Review: Elder Sign
- # of Players: 1-8
- Best # of Players: 4
- Publisher: Fantasy Flight Games
- Age Range: 14+
- Price Point: $34.95
As you walk the halls and exhibits of the Miskatonic University Museum your flashlight barely illuminates your surroundings. Moving deeper into the bowels of the museum, you feel a barely perceptible thrum coursing throughout the building. Rounding the next corner, you come face to face with the unimaginable, an abomination from beyond time and space.
Elder Sign is a cooperative dice game that pits a group of investigators against the great old ones and their unholy worshipers. Players take turns trying to complete the tasks on adventure cards, by matching symbols from dice rolls to the tasks on the card, in order to gain resources and, if they are lucky, the elder signs they need to vanquish the great old one before the doom track is filled, and it thrusts itself into our reality. However, players must tread cautiously, each failed attempt to complete a task reduces the dice pool by one. And if they fail to complete an adventure they face dire consequences: Death, Madness, summoning the great old one’s minions, or the advancement of the doom track. And sometimes success has the same potential for dire consequences as a failure. Adding to the tension of potential, and likely, failure is the turn counter. Each time the counter reaches midnight a new instant and/or lingering consequence is revealed. Consequences that include summoning monsters, losing health or sanity points, and adding tokens to the doom track.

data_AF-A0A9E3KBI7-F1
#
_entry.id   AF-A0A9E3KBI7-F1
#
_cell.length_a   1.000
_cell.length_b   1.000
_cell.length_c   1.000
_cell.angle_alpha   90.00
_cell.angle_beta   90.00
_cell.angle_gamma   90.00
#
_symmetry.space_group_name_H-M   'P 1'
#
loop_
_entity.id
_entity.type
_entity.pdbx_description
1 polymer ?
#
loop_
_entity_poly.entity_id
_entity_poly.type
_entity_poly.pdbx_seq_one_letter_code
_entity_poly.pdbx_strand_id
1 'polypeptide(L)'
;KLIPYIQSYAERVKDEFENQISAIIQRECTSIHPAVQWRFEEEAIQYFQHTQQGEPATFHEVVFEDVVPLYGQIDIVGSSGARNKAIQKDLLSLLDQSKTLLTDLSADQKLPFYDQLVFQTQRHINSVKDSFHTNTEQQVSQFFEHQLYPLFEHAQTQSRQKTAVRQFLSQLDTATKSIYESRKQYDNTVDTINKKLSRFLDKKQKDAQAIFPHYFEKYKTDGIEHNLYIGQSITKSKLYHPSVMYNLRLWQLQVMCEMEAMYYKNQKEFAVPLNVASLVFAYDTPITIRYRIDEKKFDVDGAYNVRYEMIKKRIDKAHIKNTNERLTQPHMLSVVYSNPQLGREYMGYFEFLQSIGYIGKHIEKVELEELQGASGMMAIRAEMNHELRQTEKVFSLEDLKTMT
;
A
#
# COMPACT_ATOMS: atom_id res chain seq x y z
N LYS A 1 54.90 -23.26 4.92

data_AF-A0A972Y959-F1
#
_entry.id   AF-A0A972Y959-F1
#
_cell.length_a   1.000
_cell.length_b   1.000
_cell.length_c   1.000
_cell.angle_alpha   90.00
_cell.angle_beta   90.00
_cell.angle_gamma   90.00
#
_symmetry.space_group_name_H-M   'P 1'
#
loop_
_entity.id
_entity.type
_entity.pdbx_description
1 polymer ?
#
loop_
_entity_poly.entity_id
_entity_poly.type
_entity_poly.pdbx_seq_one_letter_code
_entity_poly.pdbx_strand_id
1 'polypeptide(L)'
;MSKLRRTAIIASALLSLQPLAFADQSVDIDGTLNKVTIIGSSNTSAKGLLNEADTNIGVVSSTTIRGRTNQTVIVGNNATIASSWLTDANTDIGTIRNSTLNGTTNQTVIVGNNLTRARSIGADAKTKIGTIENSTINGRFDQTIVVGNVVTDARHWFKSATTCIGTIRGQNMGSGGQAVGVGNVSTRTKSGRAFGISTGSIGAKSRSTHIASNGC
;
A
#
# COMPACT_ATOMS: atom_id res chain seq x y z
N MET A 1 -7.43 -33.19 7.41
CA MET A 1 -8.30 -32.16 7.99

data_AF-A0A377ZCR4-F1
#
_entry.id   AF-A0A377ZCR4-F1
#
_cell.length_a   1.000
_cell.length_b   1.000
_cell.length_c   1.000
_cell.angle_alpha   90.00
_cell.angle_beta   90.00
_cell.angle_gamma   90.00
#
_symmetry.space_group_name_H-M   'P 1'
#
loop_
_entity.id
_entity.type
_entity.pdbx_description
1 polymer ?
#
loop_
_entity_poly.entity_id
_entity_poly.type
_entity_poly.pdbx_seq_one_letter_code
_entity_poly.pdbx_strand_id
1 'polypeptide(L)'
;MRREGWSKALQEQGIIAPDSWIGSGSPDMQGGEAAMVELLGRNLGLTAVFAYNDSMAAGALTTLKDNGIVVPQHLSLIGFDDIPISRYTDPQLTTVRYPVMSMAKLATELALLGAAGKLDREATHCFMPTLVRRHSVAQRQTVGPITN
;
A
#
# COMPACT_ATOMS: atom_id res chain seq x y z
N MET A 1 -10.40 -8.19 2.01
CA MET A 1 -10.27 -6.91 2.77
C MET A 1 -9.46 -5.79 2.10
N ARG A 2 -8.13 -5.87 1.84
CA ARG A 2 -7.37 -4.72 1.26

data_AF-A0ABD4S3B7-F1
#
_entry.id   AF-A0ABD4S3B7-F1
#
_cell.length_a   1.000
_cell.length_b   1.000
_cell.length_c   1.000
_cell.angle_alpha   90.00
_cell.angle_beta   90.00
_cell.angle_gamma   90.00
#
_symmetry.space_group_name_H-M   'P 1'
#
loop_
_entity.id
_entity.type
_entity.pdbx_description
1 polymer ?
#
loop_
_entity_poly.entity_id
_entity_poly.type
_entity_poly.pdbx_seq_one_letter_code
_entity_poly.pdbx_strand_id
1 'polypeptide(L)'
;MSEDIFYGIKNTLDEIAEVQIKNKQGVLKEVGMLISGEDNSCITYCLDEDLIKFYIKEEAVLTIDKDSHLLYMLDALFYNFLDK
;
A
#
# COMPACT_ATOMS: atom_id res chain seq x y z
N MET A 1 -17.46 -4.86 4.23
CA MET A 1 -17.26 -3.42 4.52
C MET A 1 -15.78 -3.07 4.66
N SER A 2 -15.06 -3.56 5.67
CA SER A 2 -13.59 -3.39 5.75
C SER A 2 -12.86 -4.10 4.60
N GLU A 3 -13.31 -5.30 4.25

This game can be played by 1 player, but it really shines when you have 3 or 4 players around the table. This game really requires teamwork to win, and there are several things players can do to aid one another, from healing each other’s wounds to helping with an adventure card.
Another great thing about this game is that when an adventure card is cleared, it is collected as a trophy. Trophies can be spent to heal investigators, or to gain resources. This goes a long way towards helping players outmaneuver the machinations of the great old one they are facing.
There is real tension as players race the clock, and the doom track, in their quest to seal away the great old one for good. It can be just as hazardous to beat an adventure as it is to fail one, which influences which adventures players attempt.
With 8 great old ones and over 40 adventure cards in the base game, each game is different, lending this title to a lot of replayability.
Even though this game is better with more players, this does cause some downtime, which can get dull after a few rounds. This is, however, mitigated somewhat by the cooperative nature of the game.
The rules for this title are a little complicated and take time to learn fully. This could lead to new players having a hard time their first play through. As a result of this, it probably isn’t the best game to introduce new people to gaming.
Finally, the game does take a while to play. Playtime is at least an hour, and usually more.
This is a very fun game, and should not be overlooked.
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